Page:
- committed action
Dialectical Behavior Therapy (DBT)
DBT is a cognitive-behavioral therapy that teaches clients to learn and use new skills. It is called Dialectical Behavior Therapy because it recognizes and works to increase understanding of change and acceptance and how these opposites interact to bring healing.
Mindfulness meditation is not typically used in DBT. However, other mindfulness exercises help patients become more self-aware. In DBT, the awareness is focused on the thoughts that come to mind at the moment.
The goal is to become more mindful, to regulate emotions more effectively, to become more tolerant to stress, and to be able to interact with others in ways that are more rational and effective.
Techniques used in MBTs
During meditation, you notice whatever comes to you nonjudgmentally and in the present moment. You may notice feelings, thoughts, and physical sensations. Memories may come up for you, too. You don’t dwell on these thoughts, feelings, or memories. Instead, you just notice them and let them pass.
One type of mindfulness meditation is the mindful body scan. This is often done lying down, but it can also be done very effectively sitting or even standing. You start the scan by focusing your awareness on your feet. You notice how your feet feel physically, any concerns you have about your feet, which foot you like the best, and other thoughts and feelings as your therapist suggested. Then, you continue up your body, one area at a time, until you reach the top of your head. By this time, you are calm and focused.
Breathing exercises can help you settle into a mindful state. By breathing deeply in a controlled way, you focus your attention on your bodily sensations and your emotions. After the breathing exercise is over, you usually feel increased concentration and mental focus, partly because of the physical effects of breathing exercises, and partly because your mind is relaxed enough to become clearer and less cluttered.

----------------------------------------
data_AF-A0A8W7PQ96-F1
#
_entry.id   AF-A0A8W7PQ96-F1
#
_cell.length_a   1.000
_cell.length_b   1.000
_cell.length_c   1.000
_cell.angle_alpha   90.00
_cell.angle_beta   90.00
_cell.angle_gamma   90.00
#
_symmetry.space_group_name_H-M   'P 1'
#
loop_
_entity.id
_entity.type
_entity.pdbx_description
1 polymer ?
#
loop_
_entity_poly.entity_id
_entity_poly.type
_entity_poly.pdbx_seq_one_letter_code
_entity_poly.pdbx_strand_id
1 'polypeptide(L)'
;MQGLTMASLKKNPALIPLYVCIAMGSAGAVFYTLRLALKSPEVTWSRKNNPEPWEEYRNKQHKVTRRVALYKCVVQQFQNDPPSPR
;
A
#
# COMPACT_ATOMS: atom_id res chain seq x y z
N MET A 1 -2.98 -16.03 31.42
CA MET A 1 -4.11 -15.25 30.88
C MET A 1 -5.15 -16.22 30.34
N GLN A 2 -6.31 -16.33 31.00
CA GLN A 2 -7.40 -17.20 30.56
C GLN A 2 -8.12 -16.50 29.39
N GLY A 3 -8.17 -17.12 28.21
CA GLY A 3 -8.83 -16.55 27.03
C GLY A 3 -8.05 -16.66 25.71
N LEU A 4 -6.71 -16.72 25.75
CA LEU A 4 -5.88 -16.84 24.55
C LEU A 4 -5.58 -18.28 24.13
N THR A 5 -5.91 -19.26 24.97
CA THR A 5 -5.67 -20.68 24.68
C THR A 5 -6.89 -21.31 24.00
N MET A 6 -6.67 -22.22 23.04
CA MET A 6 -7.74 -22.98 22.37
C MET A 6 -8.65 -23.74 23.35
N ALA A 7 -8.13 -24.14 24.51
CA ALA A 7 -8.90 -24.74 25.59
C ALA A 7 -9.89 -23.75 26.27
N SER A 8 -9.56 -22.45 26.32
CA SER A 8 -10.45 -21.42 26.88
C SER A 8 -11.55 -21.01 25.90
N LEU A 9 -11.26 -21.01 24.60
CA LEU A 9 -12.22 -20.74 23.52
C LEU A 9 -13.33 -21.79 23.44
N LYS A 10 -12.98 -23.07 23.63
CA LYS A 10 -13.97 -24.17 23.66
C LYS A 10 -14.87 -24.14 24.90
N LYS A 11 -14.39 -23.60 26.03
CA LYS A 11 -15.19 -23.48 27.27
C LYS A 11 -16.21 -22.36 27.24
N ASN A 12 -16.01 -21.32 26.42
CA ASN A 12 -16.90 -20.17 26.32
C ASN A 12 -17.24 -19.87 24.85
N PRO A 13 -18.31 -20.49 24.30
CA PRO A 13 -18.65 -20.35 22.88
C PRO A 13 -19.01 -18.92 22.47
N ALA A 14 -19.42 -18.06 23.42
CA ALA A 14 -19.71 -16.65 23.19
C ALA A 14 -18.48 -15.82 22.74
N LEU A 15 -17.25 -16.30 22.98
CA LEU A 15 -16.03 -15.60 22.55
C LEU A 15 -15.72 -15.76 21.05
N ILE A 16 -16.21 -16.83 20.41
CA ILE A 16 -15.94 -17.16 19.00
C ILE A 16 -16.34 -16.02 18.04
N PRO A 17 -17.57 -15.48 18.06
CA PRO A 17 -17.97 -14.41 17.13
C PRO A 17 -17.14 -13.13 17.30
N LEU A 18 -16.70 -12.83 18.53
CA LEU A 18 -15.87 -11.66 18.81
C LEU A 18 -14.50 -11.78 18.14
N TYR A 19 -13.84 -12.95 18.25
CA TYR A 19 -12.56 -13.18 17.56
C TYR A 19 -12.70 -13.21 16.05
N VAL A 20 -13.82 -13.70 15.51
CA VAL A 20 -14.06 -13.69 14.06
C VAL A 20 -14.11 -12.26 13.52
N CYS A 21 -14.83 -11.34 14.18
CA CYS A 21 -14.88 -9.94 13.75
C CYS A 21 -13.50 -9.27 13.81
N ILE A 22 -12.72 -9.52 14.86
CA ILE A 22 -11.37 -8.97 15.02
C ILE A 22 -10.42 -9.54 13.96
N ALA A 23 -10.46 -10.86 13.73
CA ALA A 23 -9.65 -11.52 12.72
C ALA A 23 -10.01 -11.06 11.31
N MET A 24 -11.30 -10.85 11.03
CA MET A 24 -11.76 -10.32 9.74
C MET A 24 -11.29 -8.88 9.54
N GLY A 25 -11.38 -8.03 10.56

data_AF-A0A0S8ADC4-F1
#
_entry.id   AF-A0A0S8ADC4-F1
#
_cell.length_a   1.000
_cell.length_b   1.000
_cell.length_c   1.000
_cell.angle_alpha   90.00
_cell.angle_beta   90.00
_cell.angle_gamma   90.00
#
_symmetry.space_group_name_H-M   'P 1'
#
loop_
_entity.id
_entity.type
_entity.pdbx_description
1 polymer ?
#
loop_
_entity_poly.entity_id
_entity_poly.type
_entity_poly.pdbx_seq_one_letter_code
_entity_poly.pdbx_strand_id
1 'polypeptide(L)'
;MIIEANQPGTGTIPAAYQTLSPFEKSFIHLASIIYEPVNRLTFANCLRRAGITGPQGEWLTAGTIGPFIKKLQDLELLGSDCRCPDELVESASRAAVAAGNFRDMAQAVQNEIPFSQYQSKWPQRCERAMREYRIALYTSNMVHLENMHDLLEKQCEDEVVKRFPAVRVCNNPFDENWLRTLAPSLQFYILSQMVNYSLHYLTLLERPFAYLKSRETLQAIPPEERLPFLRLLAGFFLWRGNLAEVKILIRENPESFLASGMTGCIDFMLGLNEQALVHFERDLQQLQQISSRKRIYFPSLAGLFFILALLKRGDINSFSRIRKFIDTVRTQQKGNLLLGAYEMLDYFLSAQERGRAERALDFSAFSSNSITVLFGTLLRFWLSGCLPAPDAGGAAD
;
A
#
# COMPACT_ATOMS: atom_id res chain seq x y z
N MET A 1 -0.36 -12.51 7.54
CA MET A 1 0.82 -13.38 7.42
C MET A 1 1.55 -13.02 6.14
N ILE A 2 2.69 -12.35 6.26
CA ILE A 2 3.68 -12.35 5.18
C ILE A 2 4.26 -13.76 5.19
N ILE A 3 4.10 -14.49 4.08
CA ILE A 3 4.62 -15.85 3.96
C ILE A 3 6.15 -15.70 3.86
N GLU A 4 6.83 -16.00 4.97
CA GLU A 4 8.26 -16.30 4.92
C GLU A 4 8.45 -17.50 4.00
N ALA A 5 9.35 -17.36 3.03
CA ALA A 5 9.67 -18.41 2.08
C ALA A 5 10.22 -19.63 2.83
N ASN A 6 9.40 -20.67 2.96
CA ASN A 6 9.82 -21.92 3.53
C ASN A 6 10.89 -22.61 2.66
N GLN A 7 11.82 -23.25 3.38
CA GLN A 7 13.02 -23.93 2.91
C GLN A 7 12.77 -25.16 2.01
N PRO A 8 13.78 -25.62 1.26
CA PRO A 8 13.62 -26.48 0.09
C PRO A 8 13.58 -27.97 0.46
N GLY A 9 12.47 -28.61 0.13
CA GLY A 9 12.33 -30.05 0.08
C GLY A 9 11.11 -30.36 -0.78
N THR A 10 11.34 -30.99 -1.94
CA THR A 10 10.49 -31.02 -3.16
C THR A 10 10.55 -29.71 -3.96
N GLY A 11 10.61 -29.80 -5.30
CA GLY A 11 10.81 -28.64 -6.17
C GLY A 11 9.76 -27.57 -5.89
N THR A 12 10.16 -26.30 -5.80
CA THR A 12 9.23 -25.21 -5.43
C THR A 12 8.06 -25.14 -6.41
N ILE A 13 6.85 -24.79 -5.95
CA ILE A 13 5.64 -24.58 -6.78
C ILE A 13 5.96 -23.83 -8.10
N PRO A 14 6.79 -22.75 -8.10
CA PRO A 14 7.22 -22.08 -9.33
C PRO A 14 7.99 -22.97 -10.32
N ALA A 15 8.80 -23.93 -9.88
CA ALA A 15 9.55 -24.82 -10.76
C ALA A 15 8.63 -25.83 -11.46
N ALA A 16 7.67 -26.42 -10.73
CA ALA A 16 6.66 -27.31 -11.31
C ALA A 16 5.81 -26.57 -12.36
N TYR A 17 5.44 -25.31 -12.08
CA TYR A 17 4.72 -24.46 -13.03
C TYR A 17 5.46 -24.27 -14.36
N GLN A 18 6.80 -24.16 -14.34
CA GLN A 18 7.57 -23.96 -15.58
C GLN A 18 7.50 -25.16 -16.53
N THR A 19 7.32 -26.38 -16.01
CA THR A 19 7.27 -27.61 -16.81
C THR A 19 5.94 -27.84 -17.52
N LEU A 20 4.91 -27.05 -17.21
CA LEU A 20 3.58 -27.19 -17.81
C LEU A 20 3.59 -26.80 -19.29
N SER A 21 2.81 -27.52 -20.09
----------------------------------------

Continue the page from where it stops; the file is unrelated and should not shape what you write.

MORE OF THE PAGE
Nearly any physical movement can be done mindfully. For example, mindful walking just means walking slowly, noticing every movement you make in the course of taking a step. As you become more experienced with physical movement with mindfulness, your therapist might prompt you to notice thoughts and emotions you have about this process of walking and the physical sensations associated with it.
Two guided imagery exercises using mindfulness involve the not-dwelling aspect of the practice. One is to imagine your worrying thoughts as fluffy clouds in a blue sky. Whenever those clouds/thoughts come into view, you notice them and then watch them as they sweep away across the sky.
Another is to imagine your worrying thoughts as leaves gliding down a river with the current. In your imagination, you place a worry/leaf on the river as soon as it appears. Then, you watch as the river carries it away, allowing it to pass freely without trying to hold onto it or recapture it.
Bringing Mindfulness To Your Daily Life
Being mindful in a weekly therapy session is a positive thing. One of the greatest benefits of it is that you learn and practice mindfulness techniques until you develop a mindful attitude. Then, you can carry that beneficial attitude into your daily life and put it to work in your relationships.